Fra Forlik til Henrettelse En studie av overgangen fra bot og forlik til henrettelse, ved drap i Oppland 1550-1700. Med fokus på når, hvordan og hvorfor overgangen fant sted.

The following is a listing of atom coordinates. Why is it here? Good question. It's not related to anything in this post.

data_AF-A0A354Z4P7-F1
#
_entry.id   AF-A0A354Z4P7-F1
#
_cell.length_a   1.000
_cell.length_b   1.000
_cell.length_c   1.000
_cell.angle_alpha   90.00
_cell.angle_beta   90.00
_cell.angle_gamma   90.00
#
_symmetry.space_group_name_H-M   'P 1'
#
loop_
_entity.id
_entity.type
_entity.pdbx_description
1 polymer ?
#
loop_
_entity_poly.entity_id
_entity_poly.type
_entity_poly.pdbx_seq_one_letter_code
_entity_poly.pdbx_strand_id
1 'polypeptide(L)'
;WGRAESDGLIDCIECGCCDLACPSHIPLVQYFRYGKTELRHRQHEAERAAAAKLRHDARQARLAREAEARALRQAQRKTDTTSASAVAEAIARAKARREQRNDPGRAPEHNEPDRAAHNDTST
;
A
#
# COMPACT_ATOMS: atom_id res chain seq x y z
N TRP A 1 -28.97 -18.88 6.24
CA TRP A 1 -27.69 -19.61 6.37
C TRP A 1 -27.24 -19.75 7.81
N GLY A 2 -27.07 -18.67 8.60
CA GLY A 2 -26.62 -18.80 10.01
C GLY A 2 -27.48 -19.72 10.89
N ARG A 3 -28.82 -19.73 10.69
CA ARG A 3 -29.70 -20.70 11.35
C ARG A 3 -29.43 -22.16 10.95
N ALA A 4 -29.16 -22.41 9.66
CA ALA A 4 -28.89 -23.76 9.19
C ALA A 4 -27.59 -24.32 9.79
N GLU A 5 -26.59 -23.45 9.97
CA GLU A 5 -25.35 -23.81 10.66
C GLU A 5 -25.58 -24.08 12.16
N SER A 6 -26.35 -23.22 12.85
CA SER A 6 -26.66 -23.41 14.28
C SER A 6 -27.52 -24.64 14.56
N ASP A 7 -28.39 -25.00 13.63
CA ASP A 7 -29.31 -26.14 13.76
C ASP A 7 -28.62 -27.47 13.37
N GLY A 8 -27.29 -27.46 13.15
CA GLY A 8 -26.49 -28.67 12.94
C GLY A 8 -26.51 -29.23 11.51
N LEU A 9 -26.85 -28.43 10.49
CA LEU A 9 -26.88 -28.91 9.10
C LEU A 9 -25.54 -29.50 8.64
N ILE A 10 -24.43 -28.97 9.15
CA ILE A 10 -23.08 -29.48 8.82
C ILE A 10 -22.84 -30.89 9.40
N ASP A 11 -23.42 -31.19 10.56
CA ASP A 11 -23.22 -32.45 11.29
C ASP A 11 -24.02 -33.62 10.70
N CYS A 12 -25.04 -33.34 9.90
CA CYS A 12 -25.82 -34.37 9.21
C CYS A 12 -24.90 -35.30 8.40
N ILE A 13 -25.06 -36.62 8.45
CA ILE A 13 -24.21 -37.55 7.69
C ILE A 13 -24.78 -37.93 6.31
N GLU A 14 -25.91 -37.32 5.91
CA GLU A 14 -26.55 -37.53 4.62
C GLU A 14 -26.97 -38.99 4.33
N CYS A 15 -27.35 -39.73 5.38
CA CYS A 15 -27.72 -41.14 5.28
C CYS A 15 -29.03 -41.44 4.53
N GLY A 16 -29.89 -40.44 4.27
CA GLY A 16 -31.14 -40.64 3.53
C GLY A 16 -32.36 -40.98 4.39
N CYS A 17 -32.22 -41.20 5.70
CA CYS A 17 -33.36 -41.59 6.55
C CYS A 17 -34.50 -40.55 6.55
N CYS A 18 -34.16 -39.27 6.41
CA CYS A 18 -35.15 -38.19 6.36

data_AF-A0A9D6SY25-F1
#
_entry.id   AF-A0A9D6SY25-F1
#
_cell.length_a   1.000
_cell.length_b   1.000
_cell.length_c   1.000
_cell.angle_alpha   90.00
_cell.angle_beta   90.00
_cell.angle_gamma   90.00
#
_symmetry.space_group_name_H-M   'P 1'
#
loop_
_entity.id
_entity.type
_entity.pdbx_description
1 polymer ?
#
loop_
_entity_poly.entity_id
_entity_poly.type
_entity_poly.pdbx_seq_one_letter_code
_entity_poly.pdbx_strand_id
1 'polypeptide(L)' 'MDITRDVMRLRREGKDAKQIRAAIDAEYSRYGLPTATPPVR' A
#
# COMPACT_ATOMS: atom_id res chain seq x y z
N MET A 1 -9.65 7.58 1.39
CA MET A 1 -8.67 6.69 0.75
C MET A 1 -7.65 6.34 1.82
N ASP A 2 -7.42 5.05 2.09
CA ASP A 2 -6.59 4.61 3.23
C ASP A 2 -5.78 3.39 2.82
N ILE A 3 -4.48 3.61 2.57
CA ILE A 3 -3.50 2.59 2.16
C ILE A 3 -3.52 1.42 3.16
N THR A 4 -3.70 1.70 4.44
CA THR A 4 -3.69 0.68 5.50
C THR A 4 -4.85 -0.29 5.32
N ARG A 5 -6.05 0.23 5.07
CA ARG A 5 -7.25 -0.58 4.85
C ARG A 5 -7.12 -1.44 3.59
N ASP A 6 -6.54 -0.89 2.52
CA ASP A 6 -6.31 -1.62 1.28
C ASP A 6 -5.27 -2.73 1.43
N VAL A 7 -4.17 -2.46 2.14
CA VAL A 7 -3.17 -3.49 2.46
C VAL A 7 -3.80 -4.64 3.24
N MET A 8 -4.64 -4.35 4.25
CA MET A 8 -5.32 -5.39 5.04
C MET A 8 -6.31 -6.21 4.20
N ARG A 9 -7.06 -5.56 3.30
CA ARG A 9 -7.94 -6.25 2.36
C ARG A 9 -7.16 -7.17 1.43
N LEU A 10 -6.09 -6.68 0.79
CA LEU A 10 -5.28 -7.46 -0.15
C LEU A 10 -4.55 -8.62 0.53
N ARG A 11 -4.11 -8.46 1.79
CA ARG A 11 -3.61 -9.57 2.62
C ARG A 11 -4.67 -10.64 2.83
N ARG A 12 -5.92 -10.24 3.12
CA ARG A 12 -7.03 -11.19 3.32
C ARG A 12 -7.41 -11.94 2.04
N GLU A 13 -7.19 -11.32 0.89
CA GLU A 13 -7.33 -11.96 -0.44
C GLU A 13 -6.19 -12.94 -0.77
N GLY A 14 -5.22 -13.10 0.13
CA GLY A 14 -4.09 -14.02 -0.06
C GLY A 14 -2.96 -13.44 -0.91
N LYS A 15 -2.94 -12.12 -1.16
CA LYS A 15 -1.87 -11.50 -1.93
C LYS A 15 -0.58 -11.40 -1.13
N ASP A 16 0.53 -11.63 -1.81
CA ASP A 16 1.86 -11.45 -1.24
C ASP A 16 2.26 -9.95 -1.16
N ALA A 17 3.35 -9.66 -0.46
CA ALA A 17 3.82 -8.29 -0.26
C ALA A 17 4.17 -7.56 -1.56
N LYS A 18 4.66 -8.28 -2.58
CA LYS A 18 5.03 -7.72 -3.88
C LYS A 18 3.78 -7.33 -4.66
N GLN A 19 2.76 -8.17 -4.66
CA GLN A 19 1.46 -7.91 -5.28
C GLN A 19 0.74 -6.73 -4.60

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The theme for this dissertation is which consequence a homicide should get in the early modern era. There were two ways one could be punished; either execution or settlement with the descendant of the victim, and a fine to the Crown. During the seventeenth century there was a transition where the possibility for settlement and fines disappeared. Research of this topic have not been done previously, with the exception of Terje Sødal´s research for Agder between 1603-1660. The goal of this dissertation is to survey the transition from settlement and fines for most homicides, to execution for all homicide during the seventeenth century. How, when and why did these changes happen? Geographically I will restrict this dissertation to examine the old Oppland County in Norway, in the period between 1550-1700 to look at the larger trends with Oppland as the starting point. The dissertation will build upon a wide amount of source material, such as letters (diplomer) and protocols from the courts (Tingbøker/lagtingsprotokoller/herredagsprotokoller). However the main source will be the county accounts (Lensregnskaper). It will build upon different ways to understand the Danish-Norwegian state’s approach with the people, as a bargaining state (forhandlingstat) or a power state (maktstaten). The two main theoretical approaches to explain the transition are civilization theory, and the disciplining theory. I was able to locate 104 homicides in Oppland between 1550-1700, where there were clear geographical and temporally differences. Isolated areas carry the mark of higher homicide rates, where I argue for an extension of the “violent belt” (voldsbelte) from the inner parts of Agder in the south, and up to the north of Gudbrandsdalen, and not in Hadeland as the northern part as Jørn Sandnes argued. Against previous research I claim that the self-ownership share of land did not influence the geographical spread of homicides in Oppland. The transition from settlements and fines to execution happened between 1610-1630. The shift is connected to the local judge’s (sorenskriver) increased formal and informal justification with increased possibility for the power state to control the people. Among other things through religion’s changed view on how to deal with conflicts, from a reconciliation mentality, to a royal duty to insure the people’s obedience above God. But the people were advocates for a continuity in their wish to keep settlement and fines as a possibility for homicides. Something the state partially adapted its form for government through negotiation and co-operation, in line with the principle of a bargaining state. This is due to knowledge between the parties, and it was useful for the people to keep the remains of the bargaining state where they had influence in the process around dealing with homicides. One can trace the remains of the influence from feud-culture norms and rules in how the people react and handled homicides and settlement.